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‘I’m just trying to process it all and really see what I want to do’: MyKayla Skinner reacts to the postponement of the 2020 Olympics

Utah’s Mykayla Skinner competes on the beam during a meet against Washington at the Huntsman Center in Salt Lake City on Saturday, Feb. 3, 2018.
Utah’s Mykayla Skinner competes on the beam during a meet against Washington at the Huntsman Center in Salt Lake City on Saturday, Feb. 3, 2018.
Spenser Heaps, Deseret News

SALT LAKE CITY — On an ordinary day, a phone call from Jonas Harmer would have been welcome news to MyKayla Skinner. After all, what newlywed doesn’t want to hear from their spouse?

So when Skinner saw she was getting a call from Harmer on Monday, while on her way to yet another day of training at Desert Lights Gymnastics in Chandler, Arizona, it was nothing if not a pleasant surprise.

Then came the words: “Did you hear it is postponed?”

It, in this case, was the 2020 Tokyo Olympics.

For nearly a year, Skinner had been training in hopes of competing in the Olympics. She had forestalled her senior season at the University of Utah and put her life on hold in a significant way for the chance of a lifetime.

When Harmer first said the words, that the Tokyo Games had been postponed, she honestly didn’t believe him.

“I was like, ‘Are you sure that is true?’” she said. “‘I don’t think they’ve come out with anything.’”

Then, like clockwork, came the text messages. First one. Then another. Then another. Before long, the messages added up to a “gazillion texts.”

“I realized then that it was really happening,” Skinner said.

On Tuesday it became official: The Tokyo Olympics are postponed until 2021. The news hit Skinner like a ton of bricks and the emotions, well, they flew all over the place.

“It was so shocking,” she said.

And in the very next breath, there was understanding.

“I get it for the safety of everybody and for people who haven’t been able to work out,” she said. “It is understandable.”

Then denial.

“I think everyone kind of knew that it was probably going to happen, even though I was trying to tell myself that it wasn’t going to,” Skinner said. “I didn’t really want that to happen.”

There was also hurt and disappointment.

“It sucks working so hard for something and then all of a sudden it is postponed,” she said. “Does this really have to happen? It is just crazy.”

All of it was to be expected. Since she was named an alternate on the 2016 U.S. Women’s Gymnastics team that went to Rio de Janeiro, Skinner has held the dream of Tokyo in the back of her mind. Considering her age — at 23 she is “not old yet, but in the gymnastics world I am getting there,” she said — the Tokyo Games were supposed to be her last hurrah.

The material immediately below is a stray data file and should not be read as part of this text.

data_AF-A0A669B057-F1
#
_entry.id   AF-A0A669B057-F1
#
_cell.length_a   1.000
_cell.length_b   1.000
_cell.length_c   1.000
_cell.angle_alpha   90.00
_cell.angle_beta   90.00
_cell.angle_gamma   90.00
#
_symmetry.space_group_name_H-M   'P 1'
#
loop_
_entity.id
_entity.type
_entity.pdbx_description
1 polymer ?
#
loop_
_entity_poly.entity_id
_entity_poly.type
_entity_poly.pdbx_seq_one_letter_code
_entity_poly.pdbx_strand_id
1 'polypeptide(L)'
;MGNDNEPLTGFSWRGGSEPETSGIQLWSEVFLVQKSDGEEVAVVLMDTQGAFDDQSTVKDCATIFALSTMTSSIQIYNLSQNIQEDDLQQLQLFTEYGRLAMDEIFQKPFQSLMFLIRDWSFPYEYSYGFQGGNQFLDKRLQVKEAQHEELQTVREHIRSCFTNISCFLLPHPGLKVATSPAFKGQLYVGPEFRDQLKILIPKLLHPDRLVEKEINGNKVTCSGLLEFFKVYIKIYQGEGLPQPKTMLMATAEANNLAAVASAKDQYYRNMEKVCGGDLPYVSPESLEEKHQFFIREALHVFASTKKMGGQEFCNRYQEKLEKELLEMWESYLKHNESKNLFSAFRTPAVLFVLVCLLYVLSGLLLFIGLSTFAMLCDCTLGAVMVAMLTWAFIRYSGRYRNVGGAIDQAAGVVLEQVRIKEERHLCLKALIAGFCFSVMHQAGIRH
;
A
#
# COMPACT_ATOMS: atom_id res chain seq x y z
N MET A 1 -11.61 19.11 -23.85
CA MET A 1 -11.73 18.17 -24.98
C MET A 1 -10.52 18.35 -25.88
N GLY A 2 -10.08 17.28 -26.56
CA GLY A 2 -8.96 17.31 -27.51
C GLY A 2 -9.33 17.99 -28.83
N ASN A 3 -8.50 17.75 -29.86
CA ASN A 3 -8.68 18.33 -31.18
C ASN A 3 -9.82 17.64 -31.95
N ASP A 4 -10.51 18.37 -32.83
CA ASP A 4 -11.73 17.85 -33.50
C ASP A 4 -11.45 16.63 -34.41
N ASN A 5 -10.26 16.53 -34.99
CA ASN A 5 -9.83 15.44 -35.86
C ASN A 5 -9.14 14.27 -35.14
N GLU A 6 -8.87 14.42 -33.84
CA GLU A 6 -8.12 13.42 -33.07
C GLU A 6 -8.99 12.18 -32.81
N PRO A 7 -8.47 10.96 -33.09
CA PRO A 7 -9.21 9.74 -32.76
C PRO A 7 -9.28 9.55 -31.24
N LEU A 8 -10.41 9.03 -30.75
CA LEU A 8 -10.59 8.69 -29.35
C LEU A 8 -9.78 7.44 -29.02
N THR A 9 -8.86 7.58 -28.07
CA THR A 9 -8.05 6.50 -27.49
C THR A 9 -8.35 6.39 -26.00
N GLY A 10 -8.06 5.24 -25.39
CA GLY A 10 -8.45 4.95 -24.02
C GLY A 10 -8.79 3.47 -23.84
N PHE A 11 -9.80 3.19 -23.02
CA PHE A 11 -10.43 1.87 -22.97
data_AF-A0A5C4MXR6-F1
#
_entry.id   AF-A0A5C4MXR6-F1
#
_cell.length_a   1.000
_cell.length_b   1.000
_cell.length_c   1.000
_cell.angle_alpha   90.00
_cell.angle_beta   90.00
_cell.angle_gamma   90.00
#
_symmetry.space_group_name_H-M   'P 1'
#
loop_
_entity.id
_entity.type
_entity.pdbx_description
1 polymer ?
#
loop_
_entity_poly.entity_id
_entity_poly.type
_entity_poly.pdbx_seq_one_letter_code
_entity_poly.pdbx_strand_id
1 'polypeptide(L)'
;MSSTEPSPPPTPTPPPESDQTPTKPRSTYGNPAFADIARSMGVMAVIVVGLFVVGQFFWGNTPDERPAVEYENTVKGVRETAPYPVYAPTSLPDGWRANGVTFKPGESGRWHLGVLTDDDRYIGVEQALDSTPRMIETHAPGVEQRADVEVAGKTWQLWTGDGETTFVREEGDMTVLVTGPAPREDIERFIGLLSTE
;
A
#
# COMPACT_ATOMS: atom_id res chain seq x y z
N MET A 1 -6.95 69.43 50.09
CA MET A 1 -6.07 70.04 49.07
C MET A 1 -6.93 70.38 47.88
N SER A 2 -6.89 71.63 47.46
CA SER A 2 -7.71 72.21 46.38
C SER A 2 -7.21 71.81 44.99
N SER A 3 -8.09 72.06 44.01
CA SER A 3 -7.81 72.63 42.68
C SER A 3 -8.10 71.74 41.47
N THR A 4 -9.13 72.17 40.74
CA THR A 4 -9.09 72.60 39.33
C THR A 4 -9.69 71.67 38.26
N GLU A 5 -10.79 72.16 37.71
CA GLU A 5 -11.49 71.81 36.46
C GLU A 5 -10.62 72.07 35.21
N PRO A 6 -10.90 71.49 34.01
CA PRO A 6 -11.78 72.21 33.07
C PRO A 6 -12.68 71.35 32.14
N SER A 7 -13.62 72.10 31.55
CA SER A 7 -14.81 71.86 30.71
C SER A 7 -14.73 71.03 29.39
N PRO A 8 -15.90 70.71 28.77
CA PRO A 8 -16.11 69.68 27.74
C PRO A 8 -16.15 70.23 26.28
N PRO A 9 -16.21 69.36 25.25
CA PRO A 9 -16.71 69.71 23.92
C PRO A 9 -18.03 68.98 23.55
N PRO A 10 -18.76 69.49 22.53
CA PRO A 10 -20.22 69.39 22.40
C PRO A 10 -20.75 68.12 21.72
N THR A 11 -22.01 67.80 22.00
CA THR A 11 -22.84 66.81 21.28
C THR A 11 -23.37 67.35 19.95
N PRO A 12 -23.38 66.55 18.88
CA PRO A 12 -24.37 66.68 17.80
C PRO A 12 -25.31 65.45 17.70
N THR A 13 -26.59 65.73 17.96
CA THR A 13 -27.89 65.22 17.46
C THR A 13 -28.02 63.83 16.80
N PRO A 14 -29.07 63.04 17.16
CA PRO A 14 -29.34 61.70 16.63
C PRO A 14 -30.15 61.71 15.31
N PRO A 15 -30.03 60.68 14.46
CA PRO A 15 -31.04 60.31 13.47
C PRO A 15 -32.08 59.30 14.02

Her dreams are now up in the air.

“I don’t know. It has been tough,” she said. “I don’t even know what to think.”

So what is next for Skinner? That is the question her fans are asking. Will she continue training and try to qualify for the Olympics next year? Will she return to college gymnastics? When would that be?

She’ll be the first to tell you that at this point, a day removed from the initial news, she doesn’t have the answers. Not really. Though she does have an idea.

Skinner expects to continue training for the Olympics, whenever they might be. That dream, as of right now, is not dead.

“I’m still training,” she said. “I’ve worked so hard already, so I don’t really want to just throw it down the drain. I think for right now that is the smartest decision.”

The return to elite gymnastics has been incredibly difficult, though, more so than even she expected, which will play into any decision going forward.

“Elite is just so hard,” she said. “I had forgotten just how hard it was, Just having to be positive and dedicated every single day. There have been so many times where I’ve thought, ‘I could be in college right now having my senior year and it could be so easy.’ The hardest part is being so motivated and having that drive to push yourself every day. And that will only get harder now with the Olympics postponed.”

As for a return to college gymnastics, Skinner has never stopped thinking about it.

“It is on my mind a lot and is especially now that the Olympics have been pushed back,” she said. “Do I want to keep training? Do I want to go to college? If I do make the run for the Olympics, there is always a chance. I haven’t fully given up on (Utah) yet.”

Ultimately, nothing is remotely set in stone for Skinner at this point. With a single phone call, her life was upended, as understandable as it was. And so, like many prospective Olympians around the world, what’s next for the University of Utah star is yet to be determined.

“I’m just trying to process it all and just really see what I want to do,” Skinner said. “We’ll see what happens here in the next couple of months. Right now, I’m just trying to take it one day at a time.”